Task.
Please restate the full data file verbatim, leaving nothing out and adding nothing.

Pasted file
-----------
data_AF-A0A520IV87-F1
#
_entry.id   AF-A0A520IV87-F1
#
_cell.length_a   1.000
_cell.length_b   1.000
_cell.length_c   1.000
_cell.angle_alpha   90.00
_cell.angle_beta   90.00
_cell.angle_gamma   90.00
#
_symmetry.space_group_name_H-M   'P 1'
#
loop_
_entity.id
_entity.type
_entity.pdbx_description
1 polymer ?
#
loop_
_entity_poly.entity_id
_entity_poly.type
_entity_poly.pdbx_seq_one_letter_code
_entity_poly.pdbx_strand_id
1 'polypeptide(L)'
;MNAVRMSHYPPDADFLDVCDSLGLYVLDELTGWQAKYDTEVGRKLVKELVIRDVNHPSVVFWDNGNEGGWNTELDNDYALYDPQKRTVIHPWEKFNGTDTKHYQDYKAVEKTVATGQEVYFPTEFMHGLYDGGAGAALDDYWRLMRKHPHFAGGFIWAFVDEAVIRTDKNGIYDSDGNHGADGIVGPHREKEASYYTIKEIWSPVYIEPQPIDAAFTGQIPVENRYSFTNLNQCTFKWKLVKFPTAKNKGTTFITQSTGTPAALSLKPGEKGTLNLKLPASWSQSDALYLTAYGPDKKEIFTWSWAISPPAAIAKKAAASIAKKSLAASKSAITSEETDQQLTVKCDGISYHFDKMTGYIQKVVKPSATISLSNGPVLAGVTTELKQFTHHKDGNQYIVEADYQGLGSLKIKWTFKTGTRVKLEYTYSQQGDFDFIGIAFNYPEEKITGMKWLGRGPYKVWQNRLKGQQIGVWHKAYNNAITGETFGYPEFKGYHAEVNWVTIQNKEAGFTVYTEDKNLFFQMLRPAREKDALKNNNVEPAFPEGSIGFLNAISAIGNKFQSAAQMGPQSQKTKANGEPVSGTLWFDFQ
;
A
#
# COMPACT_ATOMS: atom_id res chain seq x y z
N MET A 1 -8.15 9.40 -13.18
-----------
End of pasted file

data_AF-A0A520IV87-F1
#
_entry.id   AF-A0A520IV87-F1
#
_cell.length_a   1.000
_cell.length_b   1.000
_cell.length_c   1.000
_cell.angle_alpha   90.00
_cell.angle_beta   90.00
_cell.angle_gamma   90.00
#
_symmetry.space_group_name_H-M   'P 1'
#
loop_
_entity.id
_entity.type
_entity.pdbx_description
1 polymer ?
#
loop_
_entity_poly.entity_id
_entity_poly.type
_entity_poly.pdbx_seq_one_letter_code
_entity_poly.pdbx_strand_id
1 'polypeptide(L)'
;MNAVRMSHYPPDADFLDVCDSLGLYVLDELTGWQAKYDTEVGRKLVKELVIRDVNHPSVVFWDNGNEGGWNTELDNDYALYDPQKRTVIHPWEKFNGTDTKHYQDYKAVEKTVATGQEVYFPTEFMHGLYDGGAGAALDDYWRLMRKHPHFAGGFIWAFVDEAVIRTDKNGIYDSDGNHGADGIVGPHREKEASYYTIKEIWSPVYIEPQPIDAAFTGQIPVENRYSFTNLNQCTFKWKLVKFPTAKNKGTTFITQSTGTPAALSLKPGEKGTLNLKLPASWSQSDALYLTAYGPDKKEIFTWSWAISPPAAIAKKAAASIAKKSLAASKSAITSEETDQQLTVKCDGISYHFDKMTGYIQKVVKPSATISLSNGPVLAGVTTELKQFTHHKDGNQYIVEADYQGLGSLKIKWTFKTGTRVKLEYTYSQQGDFDFIGIAFNYPEEKITGMKWLGRGPYKVWQNRLKGQQIGVWHKAYNNAITGETFGYPEFKGYHAEVNWVTIQNKEAGFTVYTEDKNLFFQMLRPAREKDALKNNNVEPAFPEGSIGFLNAISAIGNKFQSAAQMGPQSQKTKANGEPVSGTLWFDFQ
;
A
#
# COMPACT_ATOMS: atom_id res chain seq x y z
N MET A 1 -8.15 9.40 -13.18